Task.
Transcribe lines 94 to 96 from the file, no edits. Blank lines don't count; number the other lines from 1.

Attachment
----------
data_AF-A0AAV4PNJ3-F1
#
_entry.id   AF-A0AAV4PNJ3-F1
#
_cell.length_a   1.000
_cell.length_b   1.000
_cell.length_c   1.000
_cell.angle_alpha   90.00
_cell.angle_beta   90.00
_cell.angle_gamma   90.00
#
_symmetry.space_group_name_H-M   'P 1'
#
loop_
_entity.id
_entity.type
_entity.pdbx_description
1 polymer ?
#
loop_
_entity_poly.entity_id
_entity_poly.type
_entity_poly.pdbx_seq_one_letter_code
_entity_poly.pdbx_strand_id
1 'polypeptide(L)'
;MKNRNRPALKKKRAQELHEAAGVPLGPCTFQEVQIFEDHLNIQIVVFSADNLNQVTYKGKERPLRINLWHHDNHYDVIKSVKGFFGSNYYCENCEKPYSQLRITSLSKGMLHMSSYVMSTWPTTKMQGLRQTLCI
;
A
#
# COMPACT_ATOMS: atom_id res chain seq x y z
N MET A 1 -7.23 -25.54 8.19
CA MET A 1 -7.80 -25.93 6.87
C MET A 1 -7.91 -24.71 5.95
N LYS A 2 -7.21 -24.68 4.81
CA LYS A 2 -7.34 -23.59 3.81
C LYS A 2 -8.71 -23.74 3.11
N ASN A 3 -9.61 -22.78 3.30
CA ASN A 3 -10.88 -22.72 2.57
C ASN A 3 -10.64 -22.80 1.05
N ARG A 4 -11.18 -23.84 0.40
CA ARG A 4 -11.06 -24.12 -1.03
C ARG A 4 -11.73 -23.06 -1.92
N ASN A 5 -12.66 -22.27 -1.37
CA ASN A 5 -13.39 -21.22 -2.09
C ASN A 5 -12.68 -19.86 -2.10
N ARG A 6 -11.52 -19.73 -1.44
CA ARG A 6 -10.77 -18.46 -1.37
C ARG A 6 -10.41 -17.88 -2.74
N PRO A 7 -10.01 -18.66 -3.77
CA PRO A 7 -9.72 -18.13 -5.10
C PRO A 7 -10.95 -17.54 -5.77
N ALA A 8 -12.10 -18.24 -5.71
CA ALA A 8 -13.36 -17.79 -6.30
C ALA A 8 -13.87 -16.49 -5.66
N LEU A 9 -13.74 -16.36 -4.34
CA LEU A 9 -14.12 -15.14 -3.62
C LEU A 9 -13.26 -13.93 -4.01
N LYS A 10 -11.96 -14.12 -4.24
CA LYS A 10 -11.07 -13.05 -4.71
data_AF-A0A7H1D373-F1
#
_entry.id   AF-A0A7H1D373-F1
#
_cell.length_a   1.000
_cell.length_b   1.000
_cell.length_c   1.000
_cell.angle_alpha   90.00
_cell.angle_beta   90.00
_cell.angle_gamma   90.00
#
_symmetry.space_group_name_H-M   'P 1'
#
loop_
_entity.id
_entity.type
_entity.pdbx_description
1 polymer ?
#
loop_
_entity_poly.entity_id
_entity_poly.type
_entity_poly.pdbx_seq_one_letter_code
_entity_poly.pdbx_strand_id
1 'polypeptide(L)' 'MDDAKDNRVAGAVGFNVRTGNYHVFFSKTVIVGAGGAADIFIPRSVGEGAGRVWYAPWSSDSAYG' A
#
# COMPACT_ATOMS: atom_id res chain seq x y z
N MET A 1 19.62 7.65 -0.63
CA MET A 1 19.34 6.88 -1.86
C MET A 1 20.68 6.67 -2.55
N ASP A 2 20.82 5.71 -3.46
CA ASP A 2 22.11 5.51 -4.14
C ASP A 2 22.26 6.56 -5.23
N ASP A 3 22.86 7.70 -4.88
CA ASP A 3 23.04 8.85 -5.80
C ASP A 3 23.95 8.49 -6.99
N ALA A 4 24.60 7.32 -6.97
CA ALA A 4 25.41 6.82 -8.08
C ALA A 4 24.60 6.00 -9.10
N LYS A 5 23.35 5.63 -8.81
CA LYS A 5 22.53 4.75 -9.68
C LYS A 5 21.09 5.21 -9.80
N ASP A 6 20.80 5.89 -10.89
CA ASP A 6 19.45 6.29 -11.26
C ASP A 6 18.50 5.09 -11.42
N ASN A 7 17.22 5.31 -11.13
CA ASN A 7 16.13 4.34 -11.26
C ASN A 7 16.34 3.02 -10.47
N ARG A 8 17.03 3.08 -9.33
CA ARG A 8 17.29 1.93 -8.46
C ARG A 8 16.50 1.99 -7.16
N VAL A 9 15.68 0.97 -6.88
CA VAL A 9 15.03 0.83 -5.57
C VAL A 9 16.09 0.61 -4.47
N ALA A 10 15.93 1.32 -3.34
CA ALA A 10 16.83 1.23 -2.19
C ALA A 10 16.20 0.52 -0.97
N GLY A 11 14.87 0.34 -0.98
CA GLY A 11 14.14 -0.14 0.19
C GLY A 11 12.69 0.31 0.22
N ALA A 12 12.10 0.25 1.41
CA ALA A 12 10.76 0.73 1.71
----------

CA ASP A 3 23.04 8.85 -5.80
C ASP A 3 23.95 8.49 -6.99
N ALA A 4 24.60 7.32 -6.97